Thursday, September 15, 2011

Sisay, Yemamu, and Goliath

Meet my friends, Sisay and Yemamu, whose spirits drew me in and whose hearts captured my heart from the moment we met. 

Sisay far left.  Yemamu far right.
 Sisay and Yemamu were born into the community of Korah.  Yemam and Sisay may not be “brothers” by formal definition, but their bond goes much deeper than genetic connection.  With parents infected by leprosy and snared by poverty, there was little hope these boys would escape the stigma associated with the station of their families.  Imagine a community, not one common to you and me.  Instead, imagine this.


Kitchen in Korah

Gathering Food at Korah.
Imagine the smells, the sounds, the necessity associated with just existing.  Imagine living unnoticed, unwanted, and with no value, and you’ve just merely peeked behind the curtains of Korah.  As so many, Yemam and Sisay began laboring day in and day out as shoe shiners at a ripe, young school age.  Schooling was an illusive dream desired but not attainable.  School would mean hope and change and possibility.  It would also mean one less meager income, one less contributor, one less person scavenging for food left in the garbage.   One day while the boys shined shoes on the roadside, a Young Life leader sauntered into their lives.  Through friendship evangelism, Sisay and Yemamu chose to leave the grasps of Islam and hunker into the arms of a Loving Savior King.  As young believer, they continued to see the goodness of God’s provisions as Young Lifers sponsored them through primary and secondary schools and college.  Psalms 40:1-3 virtually took life for Sisay and Yemam as they read, “I waited patiently for the LORD; he turned to me and heard my cry.  He lifted me out of the slimy pit, out of the mud and mire; he set my feet on a rock and gave me a firm place to stand.  He put a new song in my mouth…” Sisay and Yemam’s lives sing of God’s glorious love.  They have returned to Korah, to their humble and painful beginnings, to those they love in order to share an eternal hope.  By feeding, educating, business building, and respectful employment through an NGO these young run, they continue the cycle of friendship evangelism to a place full of hurt and pain.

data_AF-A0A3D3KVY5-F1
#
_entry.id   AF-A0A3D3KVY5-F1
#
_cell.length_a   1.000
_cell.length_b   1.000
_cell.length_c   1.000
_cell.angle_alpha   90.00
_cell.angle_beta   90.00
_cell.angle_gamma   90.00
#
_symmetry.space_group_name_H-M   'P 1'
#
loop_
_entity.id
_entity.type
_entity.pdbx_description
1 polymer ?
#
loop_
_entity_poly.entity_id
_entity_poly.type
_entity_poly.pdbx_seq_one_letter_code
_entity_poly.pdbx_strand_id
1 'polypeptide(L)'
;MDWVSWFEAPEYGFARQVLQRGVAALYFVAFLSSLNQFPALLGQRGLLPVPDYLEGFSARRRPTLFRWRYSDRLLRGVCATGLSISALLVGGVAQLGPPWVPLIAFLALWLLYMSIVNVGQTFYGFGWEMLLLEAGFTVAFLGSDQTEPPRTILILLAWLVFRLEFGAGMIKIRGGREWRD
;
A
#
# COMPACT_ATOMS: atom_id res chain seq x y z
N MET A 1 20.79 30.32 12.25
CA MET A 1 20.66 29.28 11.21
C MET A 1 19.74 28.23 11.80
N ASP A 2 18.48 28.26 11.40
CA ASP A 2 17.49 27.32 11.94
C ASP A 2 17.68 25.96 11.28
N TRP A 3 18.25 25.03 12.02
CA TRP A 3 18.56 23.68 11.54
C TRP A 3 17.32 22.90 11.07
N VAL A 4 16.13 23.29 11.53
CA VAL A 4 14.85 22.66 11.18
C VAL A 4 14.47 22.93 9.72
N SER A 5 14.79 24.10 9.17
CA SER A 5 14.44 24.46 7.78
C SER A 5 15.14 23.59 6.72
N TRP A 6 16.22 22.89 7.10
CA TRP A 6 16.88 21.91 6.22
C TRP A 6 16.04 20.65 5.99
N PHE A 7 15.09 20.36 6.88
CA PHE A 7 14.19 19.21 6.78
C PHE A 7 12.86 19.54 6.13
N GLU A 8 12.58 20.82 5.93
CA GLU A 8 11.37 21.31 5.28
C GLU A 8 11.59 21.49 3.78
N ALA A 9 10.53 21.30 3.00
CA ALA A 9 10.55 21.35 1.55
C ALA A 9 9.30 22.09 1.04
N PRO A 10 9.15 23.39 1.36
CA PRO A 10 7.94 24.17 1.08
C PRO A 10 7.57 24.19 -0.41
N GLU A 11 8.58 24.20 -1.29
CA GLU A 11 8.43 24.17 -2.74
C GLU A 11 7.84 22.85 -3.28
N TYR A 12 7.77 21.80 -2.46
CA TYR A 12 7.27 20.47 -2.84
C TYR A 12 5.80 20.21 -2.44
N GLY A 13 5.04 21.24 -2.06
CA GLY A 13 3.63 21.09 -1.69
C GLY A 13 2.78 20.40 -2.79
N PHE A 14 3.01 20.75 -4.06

Yesterday at school, my son retold the story of Yemamu and Goliath.  I mean Sisay and Goliath.  SO SORRY, David and Goliath.  God took the most unlikely and used him to conquer the unconquerable.   Today, I see the modern day Davids facing off with the contemporary Goliath armed with the ever-present, never-changing power of God.  I imagine Yemam and Sisay armed with a their metaphorical sling and stone constructed of the hope of Jesus delivered with the FULL gospel by the least likely of candidates, who were disregarded by the world, firing against the giant of despair.  Encouraged by their tenacity and humbled by God’s faithfulness, I rejoice to be a part of Hands for the Needy Ethiopia at Korah and cannot wait to be reunited.  


  1. So powerful. Can't wait to share this with my kids in the morning. Gonna also use it on the days they *complain* about having to go to school.

    thanks for the wonderful post, Lori!

  2. @Gayla, I often have to remind myself. I'll tell you there is a real value to be found in such a simple life style. It brings about a true appreciation for EVERYTHING. XOXO.